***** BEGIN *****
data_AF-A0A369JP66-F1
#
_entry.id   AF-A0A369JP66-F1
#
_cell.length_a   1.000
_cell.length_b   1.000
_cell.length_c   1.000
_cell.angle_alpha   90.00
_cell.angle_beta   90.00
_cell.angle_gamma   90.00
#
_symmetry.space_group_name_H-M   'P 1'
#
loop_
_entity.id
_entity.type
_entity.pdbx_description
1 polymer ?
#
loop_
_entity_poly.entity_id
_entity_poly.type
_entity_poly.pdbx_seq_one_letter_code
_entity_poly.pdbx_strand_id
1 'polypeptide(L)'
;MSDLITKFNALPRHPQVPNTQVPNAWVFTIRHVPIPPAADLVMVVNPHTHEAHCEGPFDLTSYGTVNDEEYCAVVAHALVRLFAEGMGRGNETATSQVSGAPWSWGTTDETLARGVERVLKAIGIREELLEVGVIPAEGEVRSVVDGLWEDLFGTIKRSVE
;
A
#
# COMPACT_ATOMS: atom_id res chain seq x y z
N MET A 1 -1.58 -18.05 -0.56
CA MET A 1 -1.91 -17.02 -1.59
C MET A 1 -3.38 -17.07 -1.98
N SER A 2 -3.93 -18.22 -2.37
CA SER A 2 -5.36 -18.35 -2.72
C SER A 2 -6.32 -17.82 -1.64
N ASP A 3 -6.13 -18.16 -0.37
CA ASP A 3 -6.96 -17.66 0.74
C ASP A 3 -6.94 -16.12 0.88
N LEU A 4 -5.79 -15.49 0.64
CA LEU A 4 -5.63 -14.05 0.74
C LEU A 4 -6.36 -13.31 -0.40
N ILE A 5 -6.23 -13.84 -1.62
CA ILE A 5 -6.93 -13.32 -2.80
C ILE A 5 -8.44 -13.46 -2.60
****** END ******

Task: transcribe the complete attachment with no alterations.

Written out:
data_AF-A0A369JP66-F1
#
_entry.id   AF-A0A369JP66-F1
#
_cell.length_a   1.000
_cell.length_b   1.000
_cell.length_c   1.000
_cell.angle_alpha   90.00
_cell.angle_beta   90.00
_cell.angle_gamma   90.00
#
_symmetry.space_group_name_H-M   'P 1'
#
loop_
_entity.id
_entity.type
_entity.pdbx_description
1 polymer ?
#
loop_
_entity_poly.entity_id
_entity_poly.type
_entity_poly.pdbx_seq_one_letter_code
_entity_poly.pdbx_strand_id
1 'polypeptide(L)'
;MSDLITKFNALPRHPQVPNTQVPNAWVFTIRHVPIPPAADLVMVVNPHTHEAHCEGPFDLTSYGTVNDEEYCAVVAHALVRLFAEGMGRGNETATSQVSGAPWSWGTTDETLARGVERVLKAIGIREELLEVGVIPAEGEVRSVVDGLWEDLFGTIKRSVE
;
A
#
# COMPACT_ATOMS: atom_id res chain seq x y z
N MET A 1 -1.58 -18.05 -0.56
CA MET A 1 -1.91 -17.02 -1.59
C MET A 1 -3.38 -17.07 -1.98
N SER A 2 -3.93 -18.22 -2.37
CA SER A 2 -5.36 -18.35 -2.72
C SER A 2 -6.32 -17.82 -1.64
N ASP A 3 -6.13 -18.16 -0.37
CA ASP A 3 -6.96 -17.66 0.74
C ASP A 3 -6.94 -16.12 0.88
N LEU A 4 -5.79 -15.49 0.64
CA LEU A 4 -5.63 -14.05 0.74
C LEU A 4 -6.36 -13.31 -0.40
N ILE A 5 -6.23 -13.84 -1.62
CA ILE A 5 -6.93 -13.32 -2.80
C ILE A 5 -8.44 -13.46 -2.60